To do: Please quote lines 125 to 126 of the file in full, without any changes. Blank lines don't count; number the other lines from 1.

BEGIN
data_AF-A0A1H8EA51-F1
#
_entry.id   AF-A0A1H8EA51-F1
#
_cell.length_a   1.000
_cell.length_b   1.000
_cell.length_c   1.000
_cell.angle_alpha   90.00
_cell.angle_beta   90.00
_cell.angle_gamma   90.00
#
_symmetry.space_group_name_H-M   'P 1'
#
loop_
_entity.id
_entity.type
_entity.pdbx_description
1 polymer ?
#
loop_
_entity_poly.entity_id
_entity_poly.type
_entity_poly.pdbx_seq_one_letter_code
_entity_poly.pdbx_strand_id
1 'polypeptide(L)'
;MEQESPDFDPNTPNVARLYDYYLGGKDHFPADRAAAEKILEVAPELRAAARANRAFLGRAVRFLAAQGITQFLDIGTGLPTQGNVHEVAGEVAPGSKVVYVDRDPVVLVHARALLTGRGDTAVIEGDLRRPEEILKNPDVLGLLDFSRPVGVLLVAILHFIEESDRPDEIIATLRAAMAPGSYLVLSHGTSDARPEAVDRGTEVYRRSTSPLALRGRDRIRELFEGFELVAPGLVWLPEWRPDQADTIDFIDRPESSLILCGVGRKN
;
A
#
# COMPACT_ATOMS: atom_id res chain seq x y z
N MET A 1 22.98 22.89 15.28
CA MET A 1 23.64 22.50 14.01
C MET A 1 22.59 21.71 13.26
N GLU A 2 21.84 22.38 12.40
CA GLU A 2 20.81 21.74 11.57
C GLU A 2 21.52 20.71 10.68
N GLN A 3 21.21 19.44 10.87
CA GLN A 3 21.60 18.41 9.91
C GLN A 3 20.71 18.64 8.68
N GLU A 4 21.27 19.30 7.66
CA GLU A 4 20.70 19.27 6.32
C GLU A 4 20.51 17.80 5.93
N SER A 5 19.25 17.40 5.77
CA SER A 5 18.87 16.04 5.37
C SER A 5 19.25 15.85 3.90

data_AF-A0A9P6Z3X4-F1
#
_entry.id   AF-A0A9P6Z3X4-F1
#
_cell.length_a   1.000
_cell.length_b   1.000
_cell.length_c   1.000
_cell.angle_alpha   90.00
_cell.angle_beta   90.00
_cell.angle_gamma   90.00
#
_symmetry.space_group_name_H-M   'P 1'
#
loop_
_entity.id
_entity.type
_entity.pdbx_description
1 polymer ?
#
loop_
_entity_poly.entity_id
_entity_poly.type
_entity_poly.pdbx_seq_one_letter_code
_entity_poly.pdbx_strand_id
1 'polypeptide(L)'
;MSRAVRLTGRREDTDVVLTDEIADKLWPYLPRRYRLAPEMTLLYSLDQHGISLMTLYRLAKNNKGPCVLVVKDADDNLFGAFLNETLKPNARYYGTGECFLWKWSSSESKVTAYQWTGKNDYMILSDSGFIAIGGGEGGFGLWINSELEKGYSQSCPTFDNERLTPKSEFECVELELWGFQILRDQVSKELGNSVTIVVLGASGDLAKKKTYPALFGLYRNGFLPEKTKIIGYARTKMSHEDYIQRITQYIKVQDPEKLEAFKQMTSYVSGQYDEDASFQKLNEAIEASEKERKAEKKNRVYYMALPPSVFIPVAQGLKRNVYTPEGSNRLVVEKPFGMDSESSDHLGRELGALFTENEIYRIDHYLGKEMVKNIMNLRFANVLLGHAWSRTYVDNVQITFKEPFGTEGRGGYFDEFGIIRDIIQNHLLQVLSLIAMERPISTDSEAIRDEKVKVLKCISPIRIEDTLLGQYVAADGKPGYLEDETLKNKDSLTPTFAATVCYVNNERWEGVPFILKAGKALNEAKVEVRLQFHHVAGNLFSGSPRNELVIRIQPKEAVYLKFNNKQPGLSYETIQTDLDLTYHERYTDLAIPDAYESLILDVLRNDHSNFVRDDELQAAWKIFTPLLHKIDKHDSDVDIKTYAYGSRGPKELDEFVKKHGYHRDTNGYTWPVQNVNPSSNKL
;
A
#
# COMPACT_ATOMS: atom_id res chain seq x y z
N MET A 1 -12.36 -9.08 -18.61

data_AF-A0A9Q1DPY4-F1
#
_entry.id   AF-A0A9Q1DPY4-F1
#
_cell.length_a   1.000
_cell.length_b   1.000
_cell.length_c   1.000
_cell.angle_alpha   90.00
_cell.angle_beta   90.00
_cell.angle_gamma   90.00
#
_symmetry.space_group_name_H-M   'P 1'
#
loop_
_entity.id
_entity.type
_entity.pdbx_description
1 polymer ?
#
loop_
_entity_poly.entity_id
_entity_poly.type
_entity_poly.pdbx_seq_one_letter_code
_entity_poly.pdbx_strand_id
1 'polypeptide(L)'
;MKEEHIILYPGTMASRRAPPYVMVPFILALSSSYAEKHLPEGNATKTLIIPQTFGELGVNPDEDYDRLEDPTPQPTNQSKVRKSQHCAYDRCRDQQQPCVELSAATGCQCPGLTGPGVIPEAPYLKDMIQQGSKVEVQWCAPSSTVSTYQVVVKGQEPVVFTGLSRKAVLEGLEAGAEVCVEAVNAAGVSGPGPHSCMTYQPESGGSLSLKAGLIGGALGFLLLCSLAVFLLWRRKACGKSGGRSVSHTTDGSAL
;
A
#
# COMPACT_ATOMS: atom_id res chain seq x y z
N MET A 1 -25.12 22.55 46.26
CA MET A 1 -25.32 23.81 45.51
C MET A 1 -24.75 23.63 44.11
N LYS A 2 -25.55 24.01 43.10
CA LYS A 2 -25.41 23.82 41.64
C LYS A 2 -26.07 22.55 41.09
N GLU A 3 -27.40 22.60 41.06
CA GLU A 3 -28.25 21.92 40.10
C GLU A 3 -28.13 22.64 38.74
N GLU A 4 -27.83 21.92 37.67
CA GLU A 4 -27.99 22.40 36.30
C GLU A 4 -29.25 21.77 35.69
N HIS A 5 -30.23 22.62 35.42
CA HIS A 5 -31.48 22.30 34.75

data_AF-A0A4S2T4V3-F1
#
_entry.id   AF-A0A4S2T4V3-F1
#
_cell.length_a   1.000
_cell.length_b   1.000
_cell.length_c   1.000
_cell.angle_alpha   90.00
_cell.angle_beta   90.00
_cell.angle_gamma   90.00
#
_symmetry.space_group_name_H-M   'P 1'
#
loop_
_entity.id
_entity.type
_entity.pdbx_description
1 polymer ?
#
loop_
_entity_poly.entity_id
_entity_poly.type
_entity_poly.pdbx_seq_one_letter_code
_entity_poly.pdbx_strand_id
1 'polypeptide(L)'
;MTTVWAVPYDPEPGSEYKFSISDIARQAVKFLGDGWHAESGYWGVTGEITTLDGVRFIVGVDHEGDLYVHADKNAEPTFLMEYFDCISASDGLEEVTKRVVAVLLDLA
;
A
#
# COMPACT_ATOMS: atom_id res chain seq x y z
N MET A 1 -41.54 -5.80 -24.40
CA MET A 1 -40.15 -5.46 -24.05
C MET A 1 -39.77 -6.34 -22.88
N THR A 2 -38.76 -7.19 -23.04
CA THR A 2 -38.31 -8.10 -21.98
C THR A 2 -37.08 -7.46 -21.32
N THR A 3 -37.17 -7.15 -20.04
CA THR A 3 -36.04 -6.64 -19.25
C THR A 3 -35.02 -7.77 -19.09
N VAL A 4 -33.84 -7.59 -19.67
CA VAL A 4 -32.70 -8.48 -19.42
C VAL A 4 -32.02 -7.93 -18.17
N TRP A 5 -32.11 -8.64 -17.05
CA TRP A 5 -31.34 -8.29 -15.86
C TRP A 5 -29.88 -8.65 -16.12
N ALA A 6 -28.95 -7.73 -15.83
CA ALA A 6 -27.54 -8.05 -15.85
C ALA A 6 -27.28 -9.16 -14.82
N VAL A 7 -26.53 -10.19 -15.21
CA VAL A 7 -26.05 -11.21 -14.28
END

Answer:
_cell.length_a   1.000
_cell.length_b   1.000